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kicking up a fuss since 1997 | by maryann johanson

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dvd mashup: criminal justice goes astray in ‘The Road to Guantanomo’ and ‘Jailbait’

If you’re feeling miserable about the state of America at the moment, and you’re looking for some relief by renting or buying a DVD or two, then by all means, do avoid The Road to Guantanomo, veteran British director Michael Winterbottom’s documentary-style indictment of the new American policy of trashing both national and international criminal codes, and Jailbait, indie filmmaker Brett C. Leonard’s feature-debut condemnation of the atrocious three-strikes policy that has infected some state justice systems. Cuz you won’t be feeling any better afterward.
A few years ago Winterbottom made the devastating In This World, about the incredible hardships and daring desperate Middle Easterners go through in an attempt to find a better life in Western Europe, and in Road, he again turns a cynical eye on the Asian experience of the supposedly liberal West. Based on the true story of three innocent British Muslims who got caught up in the Taliban dragnet in post-9/11 Afghanistan, this is a harrowing story of wrongful accusation without recourse and imprisonment without legal representation. Three mostly apolitcal friends head to a wedding in Pakistan in the days just after 9/11, and once there, decide to see what’s going on in Afghanistan, which is where they get caught up in events way scarier than they could have anticipated. They’re not terrorists — they’re tourists. But they’ve got brown skin and Muslim names, never mind their thick-as-chutney working-class British accents, and they end up at Guantanomo Bay for three years, during which time they are tortured in an attempt to get them to admit to something that is not true (that they are plotting the overthrow of America, or something), and denied any path to proving their innocence … even if to most sane Western minds, we are all assumed to be innocent until an accuser proves his accusation.

This is a horrifying movie, all the more so because it’s true: the men depicted here were railroaded, denied the rights they’re supposed to enjoy, and have since been proven, beyond all doubt, to be completetly innocent of the crimes of which they are accused. Any decent American should be appalled to see here what crimes are being committed in our names. How can we pretend that we are bringing freedom to anyone when we are denying and obfuscating it ourselves? It makes me sick to think that the American people could approve of this … and yet, if we continue to elect the people who enact this policies, we deserve to be condemned for it.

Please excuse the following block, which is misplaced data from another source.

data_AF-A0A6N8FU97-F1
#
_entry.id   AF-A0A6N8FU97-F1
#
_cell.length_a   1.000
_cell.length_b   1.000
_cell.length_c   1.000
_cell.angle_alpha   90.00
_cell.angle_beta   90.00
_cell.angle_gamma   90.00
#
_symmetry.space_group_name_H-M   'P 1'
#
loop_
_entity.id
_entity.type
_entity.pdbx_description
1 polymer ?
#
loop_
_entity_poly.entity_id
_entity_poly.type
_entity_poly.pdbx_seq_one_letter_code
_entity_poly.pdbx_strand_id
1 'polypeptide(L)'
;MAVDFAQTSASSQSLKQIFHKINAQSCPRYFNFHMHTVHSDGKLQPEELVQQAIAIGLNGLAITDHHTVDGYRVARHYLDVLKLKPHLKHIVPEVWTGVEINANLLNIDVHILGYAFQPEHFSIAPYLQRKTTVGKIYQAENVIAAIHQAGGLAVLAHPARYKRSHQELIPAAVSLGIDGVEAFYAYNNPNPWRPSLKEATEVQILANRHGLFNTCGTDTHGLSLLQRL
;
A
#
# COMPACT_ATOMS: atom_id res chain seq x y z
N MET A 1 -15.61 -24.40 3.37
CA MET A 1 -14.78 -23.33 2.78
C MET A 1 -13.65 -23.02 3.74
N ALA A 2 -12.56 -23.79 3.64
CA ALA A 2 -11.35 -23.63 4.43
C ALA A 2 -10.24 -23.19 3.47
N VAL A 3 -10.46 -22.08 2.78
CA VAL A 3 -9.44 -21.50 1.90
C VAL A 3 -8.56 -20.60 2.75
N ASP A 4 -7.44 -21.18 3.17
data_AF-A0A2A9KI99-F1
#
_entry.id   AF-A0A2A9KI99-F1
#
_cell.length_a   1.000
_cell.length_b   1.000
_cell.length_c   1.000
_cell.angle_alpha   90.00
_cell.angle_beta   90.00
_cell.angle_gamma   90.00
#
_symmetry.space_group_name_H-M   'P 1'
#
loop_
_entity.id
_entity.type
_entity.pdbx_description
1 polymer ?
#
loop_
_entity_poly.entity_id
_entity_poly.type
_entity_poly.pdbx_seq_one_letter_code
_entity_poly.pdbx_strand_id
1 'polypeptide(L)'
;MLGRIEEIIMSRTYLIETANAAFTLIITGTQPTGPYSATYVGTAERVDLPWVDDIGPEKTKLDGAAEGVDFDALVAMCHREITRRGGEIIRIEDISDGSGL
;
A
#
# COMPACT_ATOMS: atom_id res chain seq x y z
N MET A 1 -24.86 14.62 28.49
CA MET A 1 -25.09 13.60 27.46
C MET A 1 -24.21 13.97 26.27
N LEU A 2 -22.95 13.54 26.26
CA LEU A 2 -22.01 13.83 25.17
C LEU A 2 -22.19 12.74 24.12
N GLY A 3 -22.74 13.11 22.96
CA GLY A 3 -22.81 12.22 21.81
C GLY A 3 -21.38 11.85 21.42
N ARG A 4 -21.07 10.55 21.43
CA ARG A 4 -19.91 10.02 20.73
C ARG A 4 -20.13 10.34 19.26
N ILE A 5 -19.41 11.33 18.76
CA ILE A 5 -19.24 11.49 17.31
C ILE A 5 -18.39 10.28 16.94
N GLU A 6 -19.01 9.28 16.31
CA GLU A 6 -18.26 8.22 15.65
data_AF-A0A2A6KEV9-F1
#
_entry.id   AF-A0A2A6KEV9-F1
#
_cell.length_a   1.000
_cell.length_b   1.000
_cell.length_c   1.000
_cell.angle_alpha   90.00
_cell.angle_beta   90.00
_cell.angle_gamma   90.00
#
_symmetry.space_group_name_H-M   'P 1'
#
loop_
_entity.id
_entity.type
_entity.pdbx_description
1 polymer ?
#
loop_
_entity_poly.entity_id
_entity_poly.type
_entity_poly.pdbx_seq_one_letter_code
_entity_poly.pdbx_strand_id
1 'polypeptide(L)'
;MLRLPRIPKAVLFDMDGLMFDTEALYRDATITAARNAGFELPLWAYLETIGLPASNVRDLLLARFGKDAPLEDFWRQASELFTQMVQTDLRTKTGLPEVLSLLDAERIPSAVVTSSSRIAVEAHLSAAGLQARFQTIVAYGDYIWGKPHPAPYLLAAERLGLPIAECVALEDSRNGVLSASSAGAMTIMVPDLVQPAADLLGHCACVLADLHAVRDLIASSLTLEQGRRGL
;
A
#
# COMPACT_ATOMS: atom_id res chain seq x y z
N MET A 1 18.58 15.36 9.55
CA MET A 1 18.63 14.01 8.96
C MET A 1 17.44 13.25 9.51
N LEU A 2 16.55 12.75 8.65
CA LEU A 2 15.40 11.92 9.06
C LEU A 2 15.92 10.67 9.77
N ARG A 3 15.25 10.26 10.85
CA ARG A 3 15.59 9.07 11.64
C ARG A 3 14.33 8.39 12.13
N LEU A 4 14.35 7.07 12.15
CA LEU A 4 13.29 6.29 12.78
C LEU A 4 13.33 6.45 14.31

[buy at Amazon]

viewed at a private screening with an audience of critics
rated R for language and disturbing violent content
official site | IMDB

And then there’s Jailbait, in which young Randy is sent up for 25 years for a crime he admits he committed — vandalism of a neighbor’s car — but which would not, in a just society that valued people over posessions, command the draconian sentence he receives. Randy is no innocent, but he is, at best, a juvenile delinquent, a mixed-up kid who needs strong guidance and tough love and adult attention, not half a lifetime of confinement: he hasn’t hurt anyone, and he is no real danger to society. But a few other minor run-ins with the law means this is his third strike, and now he’s thrown into a cell with a hardened criminal, a ruthless, psychopathic murderer (Stephen Adly Guirgis, who’s appeared on Law and Order), a man who pretends to befriend him and then turns… well, into something quite dramatically removed from a friend. Michael Pitt, whom you’ve seen in a couple of big, dumb films like The Village and Murder by Numbers, is very impressive here as Randy, a boy on the edge of manhood who learns, the hard way, the rules by which prison culture operates. This is very hard to watch, a powerful and disturbing film about the inhuman conditions that exist within the American criminal-justice system and the how the punishment far exceeds even the mere loss of freedom and verges on torture even far from Guantanomo Bay.

[buy at Amazon]

viewed at a private screening with an audience of critics
rated R for pervasive language including graphic sexual dialogue, and some violence
official site | IMDB

I want to say, Don’t watch these movies if you can’t handle an honest assessment of where we stand today as Americans. But there’s no excuse for any American to hide from the truth: this is who we are, and this is what we do, and if you’re not part of the solution, you’re part of the problem.

Not exactly relaxing Friday-night DVD viewing, but perhaps the fact that we’re so willing to shut off our brains and shut out the truth is part of the problem.

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